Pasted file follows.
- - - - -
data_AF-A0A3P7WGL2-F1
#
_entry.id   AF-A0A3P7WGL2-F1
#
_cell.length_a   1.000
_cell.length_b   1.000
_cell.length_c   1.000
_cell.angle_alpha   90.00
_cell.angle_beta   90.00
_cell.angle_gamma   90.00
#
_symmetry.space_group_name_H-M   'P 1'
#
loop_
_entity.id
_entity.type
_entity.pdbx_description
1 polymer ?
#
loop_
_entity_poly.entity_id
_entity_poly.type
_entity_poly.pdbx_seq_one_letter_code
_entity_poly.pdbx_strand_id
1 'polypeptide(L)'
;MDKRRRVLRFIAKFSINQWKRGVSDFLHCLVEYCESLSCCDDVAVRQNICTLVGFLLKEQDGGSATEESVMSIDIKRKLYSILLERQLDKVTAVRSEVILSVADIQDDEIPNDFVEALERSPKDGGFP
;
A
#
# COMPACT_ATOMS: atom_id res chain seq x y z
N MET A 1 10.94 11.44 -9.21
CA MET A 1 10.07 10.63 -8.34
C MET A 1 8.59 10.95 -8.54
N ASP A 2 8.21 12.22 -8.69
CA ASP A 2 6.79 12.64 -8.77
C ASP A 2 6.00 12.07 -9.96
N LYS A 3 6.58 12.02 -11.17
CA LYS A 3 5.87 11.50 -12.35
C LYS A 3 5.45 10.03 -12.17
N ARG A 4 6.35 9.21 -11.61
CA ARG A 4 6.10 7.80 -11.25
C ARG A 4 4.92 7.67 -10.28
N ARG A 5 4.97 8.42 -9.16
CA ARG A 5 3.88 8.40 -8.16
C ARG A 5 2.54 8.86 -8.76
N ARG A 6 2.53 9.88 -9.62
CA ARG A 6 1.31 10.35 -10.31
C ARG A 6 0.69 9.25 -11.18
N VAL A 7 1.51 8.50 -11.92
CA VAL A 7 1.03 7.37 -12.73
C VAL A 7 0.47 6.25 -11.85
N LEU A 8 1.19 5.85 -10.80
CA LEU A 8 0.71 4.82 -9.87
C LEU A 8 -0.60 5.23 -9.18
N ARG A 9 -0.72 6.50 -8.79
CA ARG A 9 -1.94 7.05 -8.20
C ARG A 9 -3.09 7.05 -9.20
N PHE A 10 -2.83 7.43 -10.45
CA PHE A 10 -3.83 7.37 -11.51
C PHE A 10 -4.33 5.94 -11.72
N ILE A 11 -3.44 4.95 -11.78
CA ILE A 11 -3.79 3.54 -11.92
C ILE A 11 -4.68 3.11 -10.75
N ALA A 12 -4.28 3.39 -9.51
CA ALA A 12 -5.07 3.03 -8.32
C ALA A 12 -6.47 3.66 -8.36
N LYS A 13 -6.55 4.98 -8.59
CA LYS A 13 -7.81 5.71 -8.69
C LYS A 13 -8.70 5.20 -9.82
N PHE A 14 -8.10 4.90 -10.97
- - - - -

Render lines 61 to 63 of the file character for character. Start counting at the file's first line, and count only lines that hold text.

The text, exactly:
N ILE A 11 -3.44 4.95 -11.78
CA ILE A 11 -3.79 3.54 -11.92
C ILE A 11 -4.68 3.11 -10.75